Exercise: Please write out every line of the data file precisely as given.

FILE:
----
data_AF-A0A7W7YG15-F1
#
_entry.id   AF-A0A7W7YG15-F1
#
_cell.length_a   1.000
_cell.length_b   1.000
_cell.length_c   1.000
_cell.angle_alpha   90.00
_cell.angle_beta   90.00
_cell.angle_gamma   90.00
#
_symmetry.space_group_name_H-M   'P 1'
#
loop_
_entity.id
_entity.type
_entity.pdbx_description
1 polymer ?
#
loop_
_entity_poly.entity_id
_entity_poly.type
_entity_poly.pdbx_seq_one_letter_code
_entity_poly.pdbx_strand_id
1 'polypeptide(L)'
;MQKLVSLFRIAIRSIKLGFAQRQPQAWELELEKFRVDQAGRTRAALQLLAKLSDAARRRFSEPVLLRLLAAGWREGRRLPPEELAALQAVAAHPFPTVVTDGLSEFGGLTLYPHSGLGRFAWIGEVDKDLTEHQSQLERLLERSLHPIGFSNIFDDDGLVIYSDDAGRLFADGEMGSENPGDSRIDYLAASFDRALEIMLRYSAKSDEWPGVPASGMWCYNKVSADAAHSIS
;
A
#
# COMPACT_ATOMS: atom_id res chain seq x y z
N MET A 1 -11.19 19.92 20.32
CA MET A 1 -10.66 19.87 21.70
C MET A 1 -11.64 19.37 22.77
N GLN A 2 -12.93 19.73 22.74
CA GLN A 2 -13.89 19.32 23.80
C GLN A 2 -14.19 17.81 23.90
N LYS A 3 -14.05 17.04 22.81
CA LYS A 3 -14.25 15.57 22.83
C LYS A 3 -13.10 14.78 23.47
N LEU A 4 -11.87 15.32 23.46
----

data_AF-A0A7W7YG15-F1
#
_entry.id   AF-A0A7W7YG15-F1
#
_cell.length_a   1.000
_cell.length_b   1.000
_cell.length_c   1.000
_cell.angle_alpha   90.00
_cell.angle_beta   90.00
_cell.angle_gamma   90.00
#
_symmetry.space_group_name_H-M   'P 1'
#
loop_
_entity.id
_entity.type
_entity.pdbx_description
1 polymer ?
#
loop_
_entity_poly.entity_id
_entity_poly.type
_entity_poly.pdbx_seq_one_letter_code
_entity_poly.pdbx_strand_id
1 'polypeptide(L)'
;MQKLVSLFRIAIRSIKLGFAQRQPQAWELELEKFRVDQAGRTRAALQLLAKLSDAARRRFSEPVLLRLLAAGWREGRRLPPEELAALQAVAAHPFPTVVTDGLSEFGGLTLYPHSGLGRFAWIGEVDKDLTEHQSQLERLLERSLHPIGFSNIFDDDGLVIYSDDAGRLFADGEMGSENPGDSRIDYLAASFDRALEIMLRYSAKSDEWPGVPASGMWCYNKVSADAAHSIS
;
A
#
# COMPACT_ATOMS: atom_id res chain seq x y z
N MET A 1 -11.19 19.92 20.32
CA MET A 1 -10.66 19.87 21.70
C MET A 1 -11.64 19.37 22.77
N GLN A 2 -12.93 19.73 22.74
CA GLN A 2 -13.89 19.32 23.80
C GLN A 2 -14.19 17.81 23.90
N LYS A 3 -14.05 17.04 22.81
CA LYS A 3 -14.25 15.57 22.83
C LYS A 3 -13.10 14.78 23.47
N LEU A 4 -11.87 15.32 23.46